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Whenever possible, use adjustment layers to make your edits. Adjustment layers can be applied to one layer in the image or to any number of the layers below the adjustment layer in the layer stack. Adjustment layers let you to return later on and edit the amount of the adjustment or remove it entirely. So an adjustment made using an adjustment layer is removable and editable rather than permanently applied to the image.

To add an adjustment layer, choose Layer > New Adjustment Layer and then choose one of the 12 adjustments that can be performed using an adjustment layer. Those that are most likely to be of value are the Levels, Curves, Color Balance, Brightness/Contrast, and Hue/Saturation adjustment layers.

To apply an adjustment layer to only one layer, click the layer to apply it to and create the adjustment layer. When you're done, create a clipping mask so that the adjustment layer applies only to the layer below it. To do this, position your mouse pointer over the border between the adjustment layer and the layer to apply it to, hold the Alt key so you see the overlapping circles, and click once. The layer will be indented to the right in the layer list, and the adjustment will apply to this layer alone and not all the layers below it. To undo the clipping mask, repeat the Alt-click process.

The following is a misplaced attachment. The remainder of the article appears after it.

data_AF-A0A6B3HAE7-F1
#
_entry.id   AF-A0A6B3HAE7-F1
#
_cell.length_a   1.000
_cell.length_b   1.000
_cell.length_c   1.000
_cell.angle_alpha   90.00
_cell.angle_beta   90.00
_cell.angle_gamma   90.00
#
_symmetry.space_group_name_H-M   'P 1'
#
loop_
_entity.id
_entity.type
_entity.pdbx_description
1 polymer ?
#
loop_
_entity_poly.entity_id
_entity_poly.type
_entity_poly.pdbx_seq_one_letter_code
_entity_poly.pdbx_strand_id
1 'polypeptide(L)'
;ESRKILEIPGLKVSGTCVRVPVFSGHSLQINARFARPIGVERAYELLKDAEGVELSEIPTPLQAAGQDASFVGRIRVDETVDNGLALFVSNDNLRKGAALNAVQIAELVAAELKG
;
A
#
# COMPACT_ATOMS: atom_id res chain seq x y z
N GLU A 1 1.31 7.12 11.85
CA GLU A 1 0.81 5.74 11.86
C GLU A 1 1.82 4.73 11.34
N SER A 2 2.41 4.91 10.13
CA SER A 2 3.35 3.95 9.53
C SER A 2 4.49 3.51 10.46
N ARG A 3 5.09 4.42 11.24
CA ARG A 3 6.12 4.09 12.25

When working with layers, keep a copy of the original image on the bottom or background layer of the image so you have the original image whenever you need to "borrow" a bit of it at a later date. To do this, when starting to edit the image, select the background layer, right-click, and choose Duplicate to create a duplicate of this layer as the starting point for working. If you need to use the background layer at a later date, make another duplicate of it and use the duplicate in your work. That way, you'll still retain the original image as a reference point in the background layer. Disable its visibility so its presence won't affect your edits.

When you encounter a technique that requires you to work on the entire image rather than a layer (sharpening, for example), it's tempting to flatten the image or merge all the visible layers to create the single image layer to use. Unfortunately, this destroys all the layer data in the image and means that you can't make any edits to it in future. Either make a duplicate of the image before flattening it or create a single consolidated layer in your image. To do this, move to the top layer of the image and press Ctl+Alt+Shift+E to make a layer that displays the entire image on it—as if you had flattened it or merged visible layers. When you do this, notice that the existing image layers remain intact and editable. You can now apply a filter or another technique to the newly consolidated top layer without affecting the original data below.

When you're working with layers, name each layer with the layer contents and fix so that they can be easily identified later on.

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